I’ve never been a big Fourth of July guy. Oh, it’s a fine holiday, it’s just that it’s one of those holidays that I don’t really celebrate. I think it’s because it involves all of the things I dislike: summer, the sun, the heat, the beach, parades, wearing shorts, sitting near a hot grill, traffic, and looking at people wearing flip-flops (I don’t want to see anyone’s feet and no one needs to see mine). Also, I haven’t had a/c in my apartment in 25 years so the heat isn’t something I can escape.
I exchanged e-mails with my sister yesterday and she talked about how my brother-in-law keeps the a/c in their house too cold, which just might be the cruelest humblebrag I’ve ever heard.
This is how lame my Fourth of July celebration always is. I have burgers, but they’re White Castle burgers. And not only are they White Castle burgers, they’re the microwaveable White Castle burgers you get at the supermarket. Hey, I like them (the secret is to add another slice of cheese to each one and a little pepper).
Anyway, hope you had a Happy Fourth. Here’s the new issue of The Saturday Evening Post with an appropriate cover.
I’ve been reading all of the tributes to Harlan Ellison. A lot of people have an Ellison story, and while I never got a late night phone call from him I did exchange notes with him a few times.
I used to frequent the forum – actually, it’s called Harlan’s Art Deco Dining Pavilion – at Ellison’s official site. He would never show up in the forums – he hated the web and computers – so fans would just talk amongst themselves, share stories, ask the webmaster and Harlan’s wife Susan about books they had for sale, that sort of thing. And then one day…there he was! Answering questions on the forum and asking some of his own (I always pictured him pounding out his responses on his Olympia and snail-mailing them to the guy who runs the site).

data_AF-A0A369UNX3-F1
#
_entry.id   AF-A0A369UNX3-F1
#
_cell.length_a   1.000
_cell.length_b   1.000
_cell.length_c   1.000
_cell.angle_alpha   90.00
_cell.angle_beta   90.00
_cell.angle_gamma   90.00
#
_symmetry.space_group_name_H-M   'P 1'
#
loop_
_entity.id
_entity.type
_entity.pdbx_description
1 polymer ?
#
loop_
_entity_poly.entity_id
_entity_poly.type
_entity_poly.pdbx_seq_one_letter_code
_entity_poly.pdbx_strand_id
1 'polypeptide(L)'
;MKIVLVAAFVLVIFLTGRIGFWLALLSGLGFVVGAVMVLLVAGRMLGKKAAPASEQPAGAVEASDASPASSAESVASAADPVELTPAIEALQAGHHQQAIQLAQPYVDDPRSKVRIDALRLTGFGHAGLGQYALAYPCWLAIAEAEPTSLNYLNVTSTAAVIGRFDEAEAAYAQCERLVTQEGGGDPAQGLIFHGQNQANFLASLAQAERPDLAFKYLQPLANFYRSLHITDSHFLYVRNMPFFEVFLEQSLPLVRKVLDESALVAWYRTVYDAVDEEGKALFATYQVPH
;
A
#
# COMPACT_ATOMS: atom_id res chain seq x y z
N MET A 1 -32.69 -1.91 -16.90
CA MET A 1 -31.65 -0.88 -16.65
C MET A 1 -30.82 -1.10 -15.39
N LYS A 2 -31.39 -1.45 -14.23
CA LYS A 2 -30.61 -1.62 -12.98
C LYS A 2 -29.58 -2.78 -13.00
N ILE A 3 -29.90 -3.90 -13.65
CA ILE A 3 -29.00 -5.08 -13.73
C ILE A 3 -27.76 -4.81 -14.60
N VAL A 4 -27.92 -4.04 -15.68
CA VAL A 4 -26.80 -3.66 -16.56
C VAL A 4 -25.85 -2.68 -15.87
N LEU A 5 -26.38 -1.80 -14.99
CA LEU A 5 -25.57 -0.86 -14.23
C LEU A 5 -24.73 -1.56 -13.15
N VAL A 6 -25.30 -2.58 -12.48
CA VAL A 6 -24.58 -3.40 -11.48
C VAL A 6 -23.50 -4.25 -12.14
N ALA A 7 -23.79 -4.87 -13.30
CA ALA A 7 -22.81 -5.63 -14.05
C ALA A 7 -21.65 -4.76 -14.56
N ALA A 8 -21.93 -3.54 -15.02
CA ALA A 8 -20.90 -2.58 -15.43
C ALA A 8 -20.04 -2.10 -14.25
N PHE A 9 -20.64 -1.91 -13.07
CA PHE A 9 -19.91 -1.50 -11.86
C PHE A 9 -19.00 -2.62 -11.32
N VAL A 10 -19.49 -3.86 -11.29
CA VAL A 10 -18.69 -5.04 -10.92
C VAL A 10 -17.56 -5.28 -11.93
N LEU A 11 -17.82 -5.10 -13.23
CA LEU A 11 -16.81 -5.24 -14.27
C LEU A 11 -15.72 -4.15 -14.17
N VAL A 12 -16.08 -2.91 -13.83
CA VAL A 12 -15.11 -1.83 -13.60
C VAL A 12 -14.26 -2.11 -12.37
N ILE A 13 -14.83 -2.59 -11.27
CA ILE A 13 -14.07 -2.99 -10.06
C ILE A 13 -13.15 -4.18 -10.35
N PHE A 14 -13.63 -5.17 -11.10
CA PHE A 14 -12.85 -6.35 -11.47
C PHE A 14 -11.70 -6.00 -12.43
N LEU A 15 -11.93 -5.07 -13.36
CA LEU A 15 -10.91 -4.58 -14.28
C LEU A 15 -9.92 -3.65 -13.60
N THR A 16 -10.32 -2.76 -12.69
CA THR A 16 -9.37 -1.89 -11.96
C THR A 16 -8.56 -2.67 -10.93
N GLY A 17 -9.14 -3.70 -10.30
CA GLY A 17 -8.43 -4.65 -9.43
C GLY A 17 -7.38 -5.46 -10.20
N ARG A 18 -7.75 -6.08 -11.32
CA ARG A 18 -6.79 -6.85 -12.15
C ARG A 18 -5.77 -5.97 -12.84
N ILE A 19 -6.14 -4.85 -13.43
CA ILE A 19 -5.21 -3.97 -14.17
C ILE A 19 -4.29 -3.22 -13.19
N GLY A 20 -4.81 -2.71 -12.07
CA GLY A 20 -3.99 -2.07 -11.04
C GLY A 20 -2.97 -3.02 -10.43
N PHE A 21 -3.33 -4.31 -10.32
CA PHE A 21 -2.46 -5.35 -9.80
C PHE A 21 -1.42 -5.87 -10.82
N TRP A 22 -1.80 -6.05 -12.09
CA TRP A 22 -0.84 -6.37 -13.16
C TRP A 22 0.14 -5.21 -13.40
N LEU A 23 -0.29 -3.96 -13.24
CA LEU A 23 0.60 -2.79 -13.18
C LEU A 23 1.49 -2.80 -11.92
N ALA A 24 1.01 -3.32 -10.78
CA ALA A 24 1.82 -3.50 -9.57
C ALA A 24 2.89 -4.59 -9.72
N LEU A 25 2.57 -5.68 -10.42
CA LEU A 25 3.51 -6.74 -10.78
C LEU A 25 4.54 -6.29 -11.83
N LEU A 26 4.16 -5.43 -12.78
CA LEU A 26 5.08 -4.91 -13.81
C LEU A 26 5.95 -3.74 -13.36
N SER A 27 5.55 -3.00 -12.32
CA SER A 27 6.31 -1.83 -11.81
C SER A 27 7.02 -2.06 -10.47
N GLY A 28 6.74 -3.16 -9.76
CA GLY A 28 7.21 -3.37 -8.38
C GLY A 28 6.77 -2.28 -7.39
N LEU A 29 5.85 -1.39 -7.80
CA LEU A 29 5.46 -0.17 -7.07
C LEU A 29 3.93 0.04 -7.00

He became a semi-regular on the boards, and I got to correspond with him on a few occasions. I’d have to look for the posts themselves – I haven’t been there in a while and this was probably 15 years ago – but I remember Harlan turning me on to one of his favorite Raymond Chandler stories (“Pickup on Noon Street”), giving me his thoughts on Cyril Kornbluth, and advising me on where I could get a good typewriter (he told me to call this guy).
In his younger days he worked every job you could possibly work, from cab driver to door-to-door salesman to short order cook; he wrote one of the best Star Trek episodes (and battled Gene Roddenberry about it); wrote a few thousand short stories, novels, novellas, scripts, and essays; won every single award award a science fiction writer (he hated being called a science fiction writer) could win; was involved in a dozen different memorable controversies; was a fierce protector of writers; appeared on The Simpsons; marched with Martin Luther King Jr.; and had a key role in the most famous magazine article of all-time. And those are only a few of the highlights of a 60+ year career. Not a bad resume.
RIP Harlan. Now I have to go buy all the books of yours I don’t already own.